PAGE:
Visit Your Local PBS Station PBS Home PBS Home Programs A-Z TV Schedules Watch Video Donate Shop PBS Search PBS

War IndexGlossaryEducational ResourcesAbout the Show
The Great War
Prologue Chapter 1 Chapter 2 Chapter 3 Chapter 4 Timeline Maps and Battles The Shaping of the 21st Century Historians
OverviewExplosionStalemateTrench WarfareWilhelm II / MeidnerJaures / Gibbs
NEED ALTThe poetry of the trenches is a thing of the past....The war which began as a fresh youth is ending as a made-up, boring, antiquated actor.  Death is the only conqueror. - Friedrich Georg Steinbrecher Soldier at the Battle of the Somme


The Trenches: Symbol of the Stalemate
By the war's end, each side had dug at least 12,000 miles of trenches.

Delousing Station

Play Video

 
German Trenches

Play Video

 
French Trenches

Play Video
The first major trench lines were completed in late November 1914. At their peak, the trenches built by both sides extended nearly 400 miles from Nieuport, on the Belgian coast, to the Swiss border. Among the Allies, the Belgians occupied 40 miles, the British occupied 90 miles and the French occupied the rest. Experts calculate that along the western front, the Allies and Central Powers dug nearly 6,2500 miles of trenches by the end of 1914.

"[the bodies] we could not get from the German wire continued to swell ... the color of the dead faces changed from white to yellow-gray, to red, to purple, to green to black." Robert Graves, poet, novelist, critic

Organization of the trenches

The Allies used four "types" of trenches. The first, the front-line trench (or firing-and-attack trench), was located from 50 yards to 1 mile from the German's front trench. Several hundred yards behind the front-line trench was the support trench, with men and supplies that could immediately assist those on the front line. The reserve trench was dug several hundred yards further back and contained men and supplies that were available in emergencies should the first trenches be overrun.

Diagram showing overhead view of trenches
Diagram of trench system
(click to enlarge)

Connecting these trenches were communication trenches, which allowed movement of messages, supplies, and men among the trenches. Some underground networks connected gun emplacements and bunkers with the communication trenches.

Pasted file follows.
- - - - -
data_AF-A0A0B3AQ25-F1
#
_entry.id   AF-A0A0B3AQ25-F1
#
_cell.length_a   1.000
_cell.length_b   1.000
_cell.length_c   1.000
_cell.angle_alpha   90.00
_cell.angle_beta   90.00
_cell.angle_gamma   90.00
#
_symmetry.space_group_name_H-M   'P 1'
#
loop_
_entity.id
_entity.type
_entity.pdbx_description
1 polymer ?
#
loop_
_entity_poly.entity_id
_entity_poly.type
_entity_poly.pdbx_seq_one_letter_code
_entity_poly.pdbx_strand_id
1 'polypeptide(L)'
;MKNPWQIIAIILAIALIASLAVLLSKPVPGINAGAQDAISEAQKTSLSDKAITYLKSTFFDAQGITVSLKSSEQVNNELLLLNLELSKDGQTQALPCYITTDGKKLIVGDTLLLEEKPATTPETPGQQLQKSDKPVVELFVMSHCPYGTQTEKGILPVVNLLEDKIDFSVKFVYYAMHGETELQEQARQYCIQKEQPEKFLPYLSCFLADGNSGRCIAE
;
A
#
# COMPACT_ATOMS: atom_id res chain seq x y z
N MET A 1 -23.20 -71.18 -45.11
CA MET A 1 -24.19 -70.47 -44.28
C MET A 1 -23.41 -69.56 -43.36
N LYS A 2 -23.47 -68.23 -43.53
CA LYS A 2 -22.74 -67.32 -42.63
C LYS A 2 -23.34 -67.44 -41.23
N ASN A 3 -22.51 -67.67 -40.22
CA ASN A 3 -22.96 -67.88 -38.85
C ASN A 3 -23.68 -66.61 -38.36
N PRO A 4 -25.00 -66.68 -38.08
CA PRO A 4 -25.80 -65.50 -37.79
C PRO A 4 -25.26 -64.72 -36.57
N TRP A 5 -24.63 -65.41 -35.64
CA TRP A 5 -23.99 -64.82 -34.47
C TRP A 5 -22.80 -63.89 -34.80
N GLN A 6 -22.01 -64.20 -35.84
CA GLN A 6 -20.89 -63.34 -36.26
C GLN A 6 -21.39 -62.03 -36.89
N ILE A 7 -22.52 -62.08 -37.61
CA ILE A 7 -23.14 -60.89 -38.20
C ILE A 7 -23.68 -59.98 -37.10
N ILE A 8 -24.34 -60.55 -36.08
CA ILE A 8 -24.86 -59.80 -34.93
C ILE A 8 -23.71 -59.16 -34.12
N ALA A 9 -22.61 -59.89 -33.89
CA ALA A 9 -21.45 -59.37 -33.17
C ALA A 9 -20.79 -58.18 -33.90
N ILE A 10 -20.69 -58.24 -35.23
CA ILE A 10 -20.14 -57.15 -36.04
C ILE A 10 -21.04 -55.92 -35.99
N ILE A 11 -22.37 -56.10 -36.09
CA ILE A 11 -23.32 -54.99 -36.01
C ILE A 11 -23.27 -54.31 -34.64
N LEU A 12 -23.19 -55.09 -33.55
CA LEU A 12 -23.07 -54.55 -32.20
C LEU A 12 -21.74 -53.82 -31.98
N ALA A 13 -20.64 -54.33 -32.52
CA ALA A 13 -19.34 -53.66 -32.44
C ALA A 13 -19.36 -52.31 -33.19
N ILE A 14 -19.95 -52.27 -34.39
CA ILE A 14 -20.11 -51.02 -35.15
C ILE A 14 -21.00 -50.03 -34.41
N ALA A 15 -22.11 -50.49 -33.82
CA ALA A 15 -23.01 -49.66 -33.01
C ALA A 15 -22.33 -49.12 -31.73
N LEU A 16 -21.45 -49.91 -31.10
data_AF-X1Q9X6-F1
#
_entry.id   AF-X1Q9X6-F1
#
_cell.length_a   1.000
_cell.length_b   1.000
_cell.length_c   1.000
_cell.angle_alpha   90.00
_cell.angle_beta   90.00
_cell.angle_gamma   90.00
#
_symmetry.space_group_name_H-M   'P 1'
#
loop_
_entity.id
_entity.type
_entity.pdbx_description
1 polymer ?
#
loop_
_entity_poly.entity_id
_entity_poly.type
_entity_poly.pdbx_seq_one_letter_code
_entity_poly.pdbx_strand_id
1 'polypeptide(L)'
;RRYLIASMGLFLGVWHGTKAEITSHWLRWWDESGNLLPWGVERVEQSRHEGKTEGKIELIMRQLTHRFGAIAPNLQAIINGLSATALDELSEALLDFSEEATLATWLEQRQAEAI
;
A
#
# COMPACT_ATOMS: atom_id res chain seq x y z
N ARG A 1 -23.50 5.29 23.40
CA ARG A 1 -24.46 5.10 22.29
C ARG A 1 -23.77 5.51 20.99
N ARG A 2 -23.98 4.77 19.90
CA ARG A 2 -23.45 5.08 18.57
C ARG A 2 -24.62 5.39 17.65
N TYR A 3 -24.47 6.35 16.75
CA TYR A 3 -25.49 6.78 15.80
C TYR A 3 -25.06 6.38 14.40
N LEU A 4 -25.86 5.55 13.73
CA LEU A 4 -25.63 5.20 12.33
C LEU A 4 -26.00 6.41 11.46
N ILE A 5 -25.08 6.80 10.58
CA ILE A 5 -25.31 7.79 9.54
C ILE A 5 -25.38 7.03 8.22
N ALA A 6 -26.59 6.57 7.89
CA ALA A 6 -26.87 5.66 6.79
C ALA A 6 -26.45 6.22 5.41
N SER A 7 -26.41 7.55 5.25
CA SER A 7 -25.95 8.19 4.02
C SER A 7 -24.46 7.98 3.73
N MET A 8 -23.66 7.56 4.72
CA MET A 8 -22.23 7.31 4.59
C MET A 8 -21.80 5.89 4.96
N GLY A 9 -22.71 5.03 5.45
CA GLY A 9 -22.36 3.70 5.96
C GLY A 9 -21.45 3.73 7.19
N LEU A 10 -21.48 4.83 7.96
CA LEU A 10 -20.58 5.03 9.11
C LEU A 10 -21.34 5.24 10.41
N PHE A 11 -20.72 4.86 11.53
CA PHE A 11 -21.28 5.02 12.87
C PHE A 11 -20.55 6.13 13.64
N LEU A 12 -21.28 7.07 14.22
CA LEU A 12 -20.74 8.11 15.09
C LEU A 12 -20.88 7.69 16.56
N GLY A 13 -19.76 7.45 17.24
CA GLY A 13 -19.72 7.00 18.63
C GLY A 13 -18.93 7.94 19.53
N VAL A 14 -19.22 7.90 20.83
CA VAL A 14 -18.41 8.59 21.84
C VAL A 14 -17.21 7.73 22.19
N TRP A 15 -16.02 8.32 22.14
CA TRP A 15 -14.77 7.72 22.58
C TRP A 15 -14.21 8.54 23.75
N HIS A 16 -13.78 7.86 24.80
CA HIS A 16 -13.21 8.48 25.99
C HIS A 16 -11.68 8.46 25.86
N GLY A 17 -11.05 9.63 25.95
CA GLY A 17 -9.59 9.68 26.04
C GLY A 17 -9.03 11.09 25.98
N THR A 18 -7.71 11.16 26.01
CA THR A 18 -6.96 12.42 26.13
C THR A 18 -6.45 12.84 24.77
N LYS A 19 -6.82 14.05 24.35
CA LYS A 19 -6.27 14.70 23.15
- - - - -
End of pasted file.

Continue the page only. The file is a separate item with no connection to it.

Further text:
German trench life was much different. They constructed elaborate and sophisticated tunnel and trench structures, sometimes with living quarters more than 50 feet below the surface. These trenches had electricity, beds, toilets and other niceties of life that contrasted sharply with the open-air trenches of the Allies.

Morale Booster

French soldiers drying feet
French soldiers drying feet

On average, daily losses for the British soldiers were nearly 7,000 men killed, disabled or wounded. This figure remained fairly constant throughout the war. To keep morale as high as possible and to keep the soldiers on the front as fresh as possible, the British established a three-week rotation schedule. A week in the front trench was followed by a week in the support trench, which was followed by a week in the reserve trenches. During this third week, the men could relax with sports, concerts and plays, keeping their minds away from life on the front.

No man's land: The Territory Between the Trenches

By mid-November 1914, the territory between the opposing front trenches was marked with huge craters caused by the shelling; nearly all vegetation was destroyed. Whenever possible, both sides filled this land with barbed wire to slow down any rapid advances by the enemy. The machine gun and the new long-range rifles made movement in this area almost impossible.

Timing of Movements at the Front

American doughboys
American doughboys

Both sides quickly recognized that assaults against the enemy trenches were suicide if begun in broad daylight, so attacks tended to take place just before dawn or right at dawn. Poison gases tended to be more effective in the mornings, as the colder air and absence of wind allowed the gases to stay closer to the ground for longer periods of time.

Except for artillery shelling, daytime was relatively safe for the soldiers on the front line. Once the sun went down, men crawled out of their trenches to conduct raids, investigate the layout of the terrain, and eavesdrop near the enemy lines to pick up information on their strengths, weakness and strategies.

Top Photo: Soldiers in Trench


Trench Facts
* Each battalion had its own supply of rum that it distributed to its soldiers. Each division of 20,000 men received 300 gallons.
 
* Every soldier carried iron rations -- emergency food that consisted of a can of bully bee, biscuits and a tin of tea and sugar.
 
* A single pair of rats could produced up to 880 offspring in a year.
 
* A total of 3,894 men in the British Army were convicted of self-inflicted wounds. A firing-squad offense -- none were executed, but all served prison terms.
 
* The British Army treated 20,000 soldiers for trench foot during the winter of 1914-15.
 
* One-third of all casualties on the Western Front may have been killed or wounded in a trench.
 
* A lit candle was fairly effective in removing lice, but the skill of burning the lice without setting yourself on fire was difficult to learn.
 
* Soldiers in the trenches often depended on impure water collected from shell-holes or other cavities, causing dysentery.
 


 

Home Prologue Explosion/Stalemate Total War/Slaughter Mutiny/Collapse Hatred & Hunger/War Without End

Timeline Maps & Battles Shaping of the 21st Century Historians War Index Resources About the Show